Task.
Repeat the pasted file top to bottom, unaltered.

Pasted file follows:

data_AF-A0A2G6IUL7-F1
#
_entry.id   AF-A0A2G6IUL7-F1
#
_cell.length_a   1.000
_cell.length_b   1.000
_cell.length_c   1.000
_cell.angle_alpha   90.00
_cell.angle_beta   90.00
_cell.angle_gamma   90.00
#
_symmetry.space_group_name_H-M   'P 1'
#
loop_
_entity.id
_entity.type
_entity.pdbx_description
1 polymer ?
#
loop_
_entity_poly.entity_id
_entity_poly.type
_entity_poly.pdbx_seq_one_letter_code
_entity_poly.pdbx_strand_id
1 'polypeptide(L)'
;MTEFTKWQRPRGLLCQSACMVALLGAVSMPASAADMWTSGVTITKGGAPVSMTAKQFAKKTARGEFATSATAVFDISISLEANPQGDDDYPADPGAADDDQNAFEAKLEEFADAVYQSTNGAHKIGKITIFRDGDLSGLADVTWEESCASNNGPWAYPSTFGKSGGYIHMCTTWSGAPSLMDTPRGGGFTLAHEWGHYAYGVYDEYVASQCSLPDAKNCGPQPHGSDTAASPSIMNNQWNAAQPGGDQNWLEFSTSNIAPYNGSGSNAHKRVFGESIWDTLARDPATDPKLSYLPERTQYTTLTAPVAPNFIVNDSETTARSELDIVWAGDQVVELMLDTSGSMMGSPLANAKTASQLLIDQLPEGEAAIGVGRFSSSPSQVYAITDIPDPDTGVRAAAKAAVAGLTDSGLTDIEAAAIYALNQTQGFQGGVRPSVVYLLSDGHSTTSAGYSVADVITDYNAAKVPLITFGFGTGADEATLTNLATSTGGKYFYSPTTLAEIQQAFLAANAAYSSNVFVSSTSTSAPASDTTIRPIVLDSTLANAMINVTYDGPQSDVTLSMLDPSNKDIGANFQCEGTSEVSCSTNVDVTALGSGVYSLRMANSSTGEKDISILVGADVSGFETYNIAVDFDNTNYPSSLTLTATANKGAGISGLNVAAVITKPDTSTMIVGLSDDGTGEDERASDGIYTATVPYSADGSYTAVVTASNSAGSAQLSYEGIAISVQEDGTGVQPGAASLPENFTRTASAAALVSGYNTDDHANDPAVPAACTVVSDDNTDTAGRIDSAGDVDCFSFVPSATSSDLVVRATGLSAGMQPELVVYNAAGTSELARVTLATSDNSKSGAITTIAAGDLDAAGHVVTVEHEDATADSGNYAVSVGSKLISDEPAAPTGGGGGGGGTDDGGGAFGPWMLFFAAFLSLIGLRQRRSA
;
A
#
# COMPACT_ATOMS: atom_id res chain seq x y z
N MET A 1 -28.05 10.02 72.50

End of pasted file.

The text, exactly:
data_AF-A0A2G6IUL7-F1
#
_entry.id   AF-A0A2G6IUL7-F1
#
_cell.length_a   1.000
_cell.length_b   1.000
_cell.length_c   1.000
_cell.angle_alpha   90.00
_cell.angle_beta   90.00
_cell.angle_gamma   90.00
#
_symmetry.space_group_name_H-M   'P 1'
#
loop_
_entity.id
_entity.type
_entity.pdbx_description
1 polymer ?
#
loop_
_entity_poly.entity_id
_entity_poly.type
_entity_poly.pdbx_seq_one_letter_code
_entity_poly.pdbx_strand_id
1 'polypeptide(L)'
;MTEFTKWQRPRGLLCQSACMVALLGAVSMPASAADMWTSGVTITKGGAPVSMTAKQFAKKTARGEFATSATAVFDISISLEANPQGDDDYPADPGAADDDQNAFEAKLEEFADAVYQSTNGAHKIGKITIFRDGDLSGLADVTWEESCASNNGPWAYPSTFGKSGGYIHMCTTWSGAPSLMDTPRGGGFTLAHEWGHYAYGVYDEYVASQCSLPDAKNCGPQPHGSDTAASPSIMNNQWNAAQPGGDQNWLEFSTSNIAPYNGSGSNAHKRVFGESIWDTLARDPATDPKLSYLPERTQYTTLTAPVAPNFIVNDSETTARSELDIVWAGDQVVELMLDTSGSMMGSPLANAKTASQLLIDQLPEGEAAIGVGRFSSSPSQVYAITDIPDPDTGVRAAAKAAVAGLTDSGLTDIEAAAIYALNQTQGFQGGVRPSVVYLLSDGHSTTSAGYSVADVITDYNAAKVPLITFGFGTGADEATLTNLATSTGGKYFYSPTTLAEIQQAFLAANAAYSSNVFVSSTSTSAPASDTTIRPIVLDSTLANAMINVTYDGPQSDVTLSMLDPSNKDIGANFQCEGTSEVSCSTNVDVTALGSGVYSLRMANSSTGEKDISILVGADVSGFETYNIAVDFDNTNYPSSLTLTATANKGAGISGLNVAAVITKPDTSTMIVGLSDDGTGEDERASDGIYTATVPYSADGSYTAVVTASNSAGSAQLSYEGIAISVQEDGTGVQPGAASLPENFTRTASAAALVSGYNTDDHANDPAVPAACTVVSDDNTDTAGRIDSAGDVDCFSFVPSATSSDLVVRATGLSAGMQPELVVYNAAGTSELARVTLATSDNSKSGAITTIAAGDLDAAGHVVTVEHEDATADSGNYAVSVGSKLISDEPAAPTGGGGGGGGTDDGGGAFGPWMLFFAAFLSLIGLRQRRSA
;
A
#
# COMPACT_ATOMS: atom_id res chain seq x y z
N MET A 1 -28.05 10.02 72.50